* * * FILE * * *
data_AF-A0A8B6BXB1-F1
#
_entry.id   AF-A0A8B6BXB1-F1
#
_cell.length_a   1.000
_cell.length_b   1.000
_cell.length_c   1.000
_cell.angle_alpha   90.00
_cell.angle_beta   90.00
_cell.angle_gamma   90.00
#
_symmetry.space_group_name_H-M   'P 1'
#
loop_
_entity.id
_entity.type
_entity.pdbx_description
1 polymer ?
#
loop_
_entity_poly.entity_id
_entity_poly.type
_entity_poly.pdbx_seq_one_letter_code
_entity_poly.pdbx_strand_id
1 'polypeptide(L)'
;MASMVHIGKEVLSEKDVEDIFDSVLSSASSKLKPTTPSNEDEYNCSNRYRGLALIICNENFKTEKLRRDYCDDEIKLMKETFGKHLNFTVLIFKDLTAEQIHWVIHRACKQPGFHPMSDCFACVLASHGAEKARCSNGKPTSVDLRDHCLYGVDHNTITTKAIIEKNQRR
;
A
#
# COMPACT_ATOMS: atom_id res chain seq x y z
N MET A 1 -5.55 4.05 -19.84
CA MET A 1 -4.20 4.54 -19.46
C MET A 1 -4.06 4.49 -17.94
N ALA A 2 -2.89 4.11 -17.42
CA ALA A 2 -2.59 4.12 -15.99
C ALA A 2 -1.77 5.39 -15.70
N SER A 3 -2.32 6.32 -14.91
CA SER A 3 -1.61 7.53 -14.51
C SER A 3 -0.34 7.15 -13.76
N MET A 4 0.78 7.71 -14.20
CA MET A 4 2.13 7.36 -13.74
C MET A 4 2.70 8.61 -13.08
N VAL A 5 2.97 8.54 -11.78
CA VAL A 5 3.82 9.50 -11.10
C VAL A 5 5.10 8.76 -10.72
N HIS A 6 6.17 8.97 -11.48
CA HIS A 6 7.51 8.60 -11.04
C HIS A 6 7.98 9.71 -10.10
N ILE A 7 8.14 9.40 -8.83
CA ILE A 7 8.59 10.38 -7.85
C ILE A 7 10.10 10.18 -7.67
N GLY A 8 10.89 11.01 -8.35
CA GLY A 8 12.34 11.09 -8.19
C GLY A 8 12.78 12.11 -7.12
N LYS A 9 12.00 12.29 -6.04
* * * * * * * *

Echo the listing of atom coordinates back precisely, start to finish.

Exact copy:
data_AF-A0A8B6BXB1-F1
#
_entry.id   AF-A0A8B6BXB1-F1
#
_cell.length_a   1.000
_cell.length_b   1.000
_cell.length_c   1.000
_cell.angle_alpha   90.00
_cell.angle_beta   90.00
_cell.angle_gamma   90.00
#
_symmetry.space_group_name_H-M   'P 1'
#
loop_
_entity.id
_entity.type
_entity.pdbx_description
1 polymer ?
#
loop_
_entity_poly.entity_id
_entity_poly.type
_entity_poly.pdbx_seq_one_letter_code
_entity_poly.pdbx_strand_id
1 'polypeptide(L)'
;MASMVHIGKEVLSEKDVEDIFDSVLSSASSKLKPTTPSNEDEYNCSNRYRGLALIICNENFKTEKLRRDYCDDEIKLMKETFGKHLNFTVLIFKDLTAEQIHWVIHRACKQPGFHPMSDCFACVLASHGAEKARCSNGKPTSVDLRDHCLYGVDHNTITTKAIIEKNQRR
;
A
#
# COMPACT_ATOMS: atom_id res chain seq x y z
N MET A 1 -5.55 4.05 -19.84
CA MET A 1 -4.20 4.54 -19.46
C MET A 1 -4.06 4.49 -17.94
N ALA A 2 -2.89 4.11 -17.42
CA ALA A 2 -2.59 4.12 -15.99
C ALA A 2 -1.77 5.39 -15.70
N SER A 3 -2.32 6.32 -14.91
CA SER A 3 -1.61 7.53 -14.51
C SER A 3 -0.34 7.15 -13.76
N MET A 4 0.78 7.71 -14.20
CA MET A 4 2.13 7.36 -13.74
C MET A 4 2.70 8.61 -13.08
N VAL A 5 2.97 8.54 -11.78
CA VAL A 5 3.82 9.50 -11.10
C VAL A 5 5.10 8.76 -10.72
N HIS A 6 6.17 8.97 -11.48
CA HIS A 6 7.51 8.60 -11.04
C HIS A 6 7.98 9.71 -10.10
N ILE A 7 8.14 9.40 -8.83
CA ILE A 7 8.59 10.38 -7.85
C ILE A 7 10.10 10.18 -7.67
N GLY A 8 10.89 11.01 -8.35
CA GLY A 8 12.34 11.09 -8.19
C GLY A 8 12.78 12.11 -7.12
N LYS A 9 12.00 12.29 -6.04